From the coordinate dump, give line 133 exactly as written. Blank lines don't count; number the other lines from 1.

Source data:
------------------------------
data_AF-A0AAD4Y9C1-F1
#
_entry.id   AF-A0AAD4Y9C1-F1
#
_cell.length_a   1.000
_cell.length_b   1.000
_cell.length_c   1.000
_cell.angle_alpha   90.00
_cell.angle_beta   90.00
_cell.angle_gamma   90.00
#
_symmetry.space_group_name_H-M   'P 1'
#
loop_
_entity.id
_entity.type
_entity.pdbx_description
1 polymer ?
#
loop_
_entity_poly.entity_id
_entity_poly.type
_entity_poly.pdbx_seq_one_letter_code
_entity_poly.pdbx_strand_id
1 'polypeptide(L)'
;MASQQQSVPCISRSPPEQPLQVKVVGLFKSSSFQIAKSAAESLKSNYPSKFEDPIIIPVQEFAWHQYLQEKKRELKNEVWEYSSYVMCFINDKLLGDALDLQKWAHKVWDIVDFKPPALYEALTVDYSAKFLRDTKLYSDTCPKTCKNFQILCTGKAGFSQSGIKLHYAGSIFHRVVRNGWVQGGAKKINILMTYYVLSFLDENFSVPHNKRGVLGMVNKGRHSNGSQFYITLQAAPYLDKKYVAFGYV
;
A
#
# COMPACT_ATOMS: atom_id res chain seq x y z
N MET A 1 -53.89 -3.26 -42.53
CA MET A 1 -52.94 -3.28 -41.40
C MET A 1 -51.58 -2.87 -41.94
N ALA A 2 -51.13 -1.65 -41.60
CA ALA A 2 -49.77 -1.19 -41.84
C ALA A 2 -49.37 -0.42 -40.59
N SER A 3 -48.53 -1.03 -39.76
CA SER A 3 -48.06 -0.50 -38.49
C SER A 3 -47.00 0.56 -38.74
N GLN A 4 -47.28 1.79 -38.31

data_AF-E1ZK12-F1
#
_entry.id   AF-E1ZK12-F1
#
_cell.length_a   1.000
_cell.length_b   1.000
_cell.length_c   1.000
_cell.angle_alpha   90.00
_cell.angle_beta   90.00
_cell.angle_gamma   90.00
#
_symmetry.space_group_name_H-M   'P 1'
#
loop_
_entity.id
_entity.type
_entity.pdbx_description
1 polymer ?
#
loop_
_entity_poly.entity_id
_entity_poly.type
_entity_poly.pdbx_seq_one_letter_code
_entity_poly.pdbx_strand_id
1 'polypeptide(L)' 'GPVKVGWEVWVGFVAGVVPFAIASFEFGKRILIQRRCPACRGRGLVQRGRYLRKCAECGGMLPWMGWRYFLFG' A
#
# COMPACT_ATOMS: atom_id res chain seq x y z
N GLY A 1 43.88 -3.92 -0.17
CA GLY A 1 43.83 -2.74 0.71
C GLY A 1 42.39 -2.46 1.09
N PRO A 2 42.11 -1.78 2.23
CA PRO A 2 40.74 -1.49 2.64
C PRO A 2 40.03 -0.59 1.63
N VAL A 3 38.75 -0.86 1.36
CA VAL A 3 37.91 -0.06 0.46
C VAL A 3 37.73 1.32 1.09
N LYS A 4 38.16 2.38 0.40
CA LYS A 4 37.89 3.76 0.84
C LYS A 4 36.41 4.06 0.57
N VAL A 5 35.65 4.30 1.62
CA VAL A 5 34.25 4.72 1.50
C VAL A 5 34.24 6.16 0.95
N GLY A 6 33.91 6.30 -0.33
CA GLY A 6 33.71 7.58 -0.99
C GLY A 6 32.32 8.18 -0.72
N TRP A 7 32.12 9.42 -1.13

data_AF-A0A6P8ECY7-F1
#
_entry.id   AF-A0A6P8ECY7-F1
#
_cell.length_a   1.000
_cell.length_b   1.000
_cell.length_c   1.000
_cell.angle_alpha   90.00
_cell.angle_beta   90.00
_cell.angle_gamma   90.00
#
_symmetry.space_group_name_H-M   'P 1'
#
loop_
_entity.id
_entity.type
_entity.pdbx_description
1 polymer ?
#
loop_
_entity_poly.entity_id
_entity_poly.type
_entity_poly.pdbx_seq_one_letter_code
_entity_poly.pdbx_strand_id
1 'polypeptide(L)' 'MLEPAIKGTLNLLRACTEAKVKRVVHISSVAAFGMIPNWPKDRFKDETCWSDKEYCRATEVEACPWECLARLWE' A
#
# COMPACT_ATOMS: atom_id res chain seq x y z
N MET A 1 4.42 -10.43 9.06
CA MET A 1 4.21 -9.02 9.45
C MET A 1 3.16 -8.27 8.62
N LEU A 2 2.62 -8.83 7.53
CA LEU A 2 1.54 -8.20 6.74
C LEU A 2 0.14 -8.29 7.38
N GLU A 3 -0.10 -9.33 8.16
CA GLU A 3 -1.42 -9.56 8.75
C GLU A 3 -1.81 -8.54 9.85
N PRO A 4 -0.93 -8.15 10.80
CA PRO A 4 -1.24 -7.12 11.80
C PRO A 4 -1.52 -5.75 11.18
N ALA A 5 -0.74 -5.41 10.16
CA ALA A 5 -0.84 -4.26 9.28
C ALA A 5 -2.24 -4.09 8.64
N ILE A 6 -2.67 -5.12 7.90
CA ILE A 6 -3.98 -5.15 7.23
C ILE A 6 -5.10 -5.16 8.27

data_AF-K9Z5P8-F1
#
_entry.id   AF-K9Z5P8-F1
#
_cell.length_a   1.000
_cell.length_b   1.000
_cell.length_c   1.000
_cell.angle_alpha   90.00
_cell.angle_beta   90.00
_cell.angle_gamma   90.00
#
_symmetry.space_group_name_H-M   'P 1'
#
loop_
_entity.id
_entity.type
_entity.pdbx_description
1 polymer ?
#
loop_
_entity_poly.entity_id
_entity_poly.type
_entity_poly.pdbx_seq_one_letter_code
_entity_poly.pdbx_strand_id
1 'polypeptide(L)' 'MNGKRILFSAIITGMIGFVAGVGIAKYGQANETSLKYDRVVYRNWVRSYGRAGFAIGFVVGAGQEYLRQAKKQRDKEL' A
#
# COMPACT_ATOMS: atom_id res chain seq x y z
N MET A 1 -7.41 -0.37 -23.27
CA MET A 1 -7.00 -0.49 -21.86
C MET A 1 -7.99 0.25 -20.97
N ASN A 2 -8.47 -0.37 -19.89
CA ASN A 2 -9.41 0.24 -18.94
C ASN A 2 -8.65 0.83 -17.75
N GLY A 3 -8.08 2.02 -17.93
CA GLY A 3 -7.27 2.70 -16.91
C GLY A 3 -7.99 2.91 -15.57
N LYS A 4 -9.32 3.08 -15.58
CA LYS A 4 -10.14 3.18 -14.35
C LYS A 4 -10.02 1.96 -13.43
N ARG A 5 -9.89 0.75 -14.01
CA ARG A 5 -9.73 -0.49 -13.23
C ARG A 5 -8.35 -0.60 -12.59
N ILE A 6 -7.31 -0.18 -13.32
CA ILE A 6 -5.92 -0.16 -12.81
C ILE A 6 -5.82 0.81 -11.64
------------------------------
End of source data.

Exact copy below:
#